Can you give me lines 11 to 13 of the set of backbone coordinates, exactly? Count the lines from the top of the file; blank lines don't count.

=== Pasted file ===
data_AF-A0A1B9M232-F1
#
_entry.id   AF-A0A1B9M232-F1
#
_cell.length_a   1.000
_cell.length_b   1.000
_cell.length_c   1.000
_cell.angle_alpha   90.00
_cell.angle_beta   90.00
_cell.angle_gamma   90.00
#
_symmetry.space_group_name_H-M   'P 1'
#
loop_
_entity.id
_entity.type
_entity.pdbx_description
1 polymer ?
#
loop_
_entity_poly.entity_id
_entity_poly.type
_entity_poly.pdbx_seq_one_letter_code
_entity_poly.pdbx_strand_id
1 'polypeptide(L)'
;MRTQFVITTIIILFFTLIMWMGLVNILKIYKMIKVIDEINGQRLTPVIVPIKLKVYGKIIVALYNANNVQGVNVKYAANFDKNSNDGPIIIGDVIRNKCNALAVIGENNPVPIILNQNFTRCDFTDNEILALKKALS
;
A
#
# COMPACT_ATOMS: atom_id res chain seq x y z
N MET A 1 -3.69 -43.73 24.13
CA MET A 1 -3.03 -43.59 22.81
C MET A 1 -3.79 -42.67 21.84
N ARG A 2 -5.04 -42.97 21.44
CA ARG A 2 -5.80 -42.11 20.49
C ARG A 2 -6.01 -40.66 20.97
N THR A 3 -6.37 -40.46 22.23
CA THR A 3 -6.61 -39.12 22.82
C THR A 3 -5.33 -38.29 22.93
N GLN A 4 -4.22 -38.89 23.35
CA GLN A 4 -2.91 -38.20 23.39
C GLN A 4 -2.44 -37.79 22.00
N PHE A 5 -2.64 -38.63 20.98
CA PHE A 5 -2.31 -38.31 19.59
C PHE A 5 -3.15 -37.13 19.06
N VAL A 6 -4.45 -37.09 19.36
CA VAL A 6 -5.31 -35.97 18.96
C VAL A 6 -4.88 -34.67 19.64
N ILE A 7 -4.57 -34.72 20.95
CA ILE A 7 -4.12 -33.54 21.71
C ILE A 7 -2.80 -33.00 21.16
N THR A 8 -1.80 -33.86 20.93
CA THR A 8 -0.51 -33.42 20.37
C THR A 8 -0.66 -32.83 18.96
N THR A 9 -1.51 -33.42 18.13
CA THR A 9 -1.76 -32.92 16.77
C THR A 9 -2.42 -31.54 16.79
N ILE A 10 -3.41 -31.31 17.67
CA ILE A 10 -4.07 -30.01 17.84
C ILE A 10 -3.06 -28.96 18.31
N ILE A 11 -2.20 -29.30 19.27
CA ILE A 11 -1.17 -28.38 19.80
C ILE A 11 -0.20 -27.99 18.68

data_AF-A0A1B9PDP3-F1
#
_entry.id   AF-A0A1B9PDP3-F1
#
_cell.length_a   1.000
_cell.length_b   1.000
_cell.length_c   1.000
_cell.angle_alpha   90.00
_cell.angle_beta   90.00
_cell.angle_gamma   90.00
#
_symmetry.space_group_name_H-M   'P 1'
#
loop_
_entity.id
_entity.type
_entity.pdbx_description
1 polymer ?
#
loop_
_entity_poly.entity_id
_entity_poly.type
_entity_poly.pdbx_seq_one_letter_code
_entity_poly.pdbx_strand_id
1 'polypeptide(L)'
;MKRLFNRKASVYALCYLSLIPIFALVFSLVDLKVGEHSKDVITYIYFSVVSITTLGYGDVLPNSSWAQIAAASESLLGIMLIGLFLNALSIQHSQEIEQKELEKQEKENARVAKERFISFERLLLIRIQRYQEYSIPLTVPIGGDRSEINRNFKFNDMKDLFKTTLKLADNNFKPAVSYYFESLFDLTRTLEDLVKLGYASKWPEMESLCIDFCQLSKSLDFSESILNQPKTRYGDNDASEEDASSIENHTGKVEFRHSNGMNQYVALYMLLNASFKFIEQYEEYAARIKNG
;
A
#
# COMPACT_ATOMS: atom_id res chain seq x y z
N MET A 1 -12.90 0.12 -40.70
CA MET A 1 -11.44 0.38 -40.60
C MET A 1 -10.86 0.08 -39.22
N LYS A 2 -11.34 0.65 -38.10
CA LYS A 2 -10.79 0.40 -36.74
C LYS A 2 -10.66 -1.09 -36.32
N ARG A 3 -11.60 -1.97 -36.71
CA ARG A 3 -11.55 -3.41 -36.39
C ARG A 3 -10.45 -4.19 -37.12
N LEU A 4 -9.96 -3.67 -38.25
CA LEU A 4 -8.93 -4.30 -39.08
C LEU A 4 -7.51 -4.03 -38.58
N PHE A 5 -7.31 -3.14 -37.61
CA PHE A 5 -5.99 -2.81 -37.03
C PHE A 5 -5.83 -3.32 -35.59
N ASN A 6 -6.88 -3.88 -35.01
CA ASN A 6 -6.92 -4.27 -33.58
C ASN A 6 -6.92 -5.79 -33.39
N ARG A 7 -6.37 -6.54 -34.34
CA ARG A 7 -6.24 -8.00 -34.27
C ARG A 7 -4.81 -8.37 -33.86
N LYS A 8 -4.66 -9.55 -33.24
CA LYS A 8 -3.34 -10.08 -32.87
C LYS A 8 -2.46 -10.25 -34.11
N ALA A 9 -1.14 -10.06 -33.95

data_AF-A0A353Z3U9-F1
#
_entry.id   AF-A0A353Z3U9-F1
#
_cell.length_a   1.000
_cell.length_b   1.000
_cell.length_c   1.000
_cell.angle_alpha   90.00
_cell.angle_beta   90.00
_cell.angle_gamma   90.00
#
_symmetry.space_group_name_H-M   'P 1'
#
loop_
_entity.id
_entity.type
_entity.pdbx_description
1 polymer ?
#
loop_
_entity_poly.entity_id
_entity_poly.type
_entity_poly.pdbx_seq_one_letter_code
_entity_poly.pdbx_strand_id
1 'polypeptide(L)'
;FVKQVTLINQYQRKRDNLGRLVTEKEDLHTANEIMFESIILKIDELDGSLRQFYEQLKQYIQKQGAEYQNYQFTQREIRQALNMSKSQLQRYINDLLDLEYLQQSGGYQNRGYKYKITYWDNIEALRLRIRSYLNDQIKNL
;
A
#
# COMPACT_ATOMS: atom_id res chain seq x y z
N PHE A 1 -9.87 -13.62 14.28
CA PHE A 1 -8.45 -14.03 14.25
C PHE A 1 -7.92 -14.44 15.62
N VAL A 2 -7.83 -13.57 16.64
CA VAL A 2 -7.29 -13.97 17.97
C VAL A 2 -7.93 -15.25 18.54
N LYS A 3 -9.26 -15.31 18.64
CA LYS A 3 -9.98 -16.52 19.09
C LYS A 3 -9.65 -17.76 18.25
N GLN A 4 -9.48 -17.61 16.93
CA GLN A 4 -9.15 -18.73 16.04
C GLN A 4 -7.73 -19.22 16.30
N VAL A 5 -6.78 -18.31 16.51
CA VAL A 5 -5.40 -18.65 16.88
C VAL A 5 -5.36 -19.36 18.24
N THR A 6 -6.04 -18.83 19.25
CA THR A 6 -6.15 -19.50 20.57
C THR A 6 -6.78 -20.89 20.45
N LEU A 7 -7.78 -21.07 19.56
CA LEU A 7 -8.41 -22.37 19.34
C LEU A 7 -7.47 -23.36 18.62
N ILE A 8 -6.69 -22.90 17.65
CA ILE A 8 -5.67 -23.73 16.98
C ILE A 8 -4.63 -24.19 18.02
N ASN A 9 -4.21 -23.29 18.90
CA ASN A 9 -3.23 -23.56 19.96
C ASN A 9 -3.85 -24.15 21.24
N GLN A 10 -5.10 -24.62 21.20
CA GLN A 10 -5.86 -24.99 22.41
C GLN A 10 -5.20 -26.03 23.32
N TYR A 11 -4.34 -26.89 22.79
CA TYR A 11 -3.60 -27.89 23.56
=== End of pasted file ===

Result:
#
_symmetry.space_group_name_H-M   'P 1'
#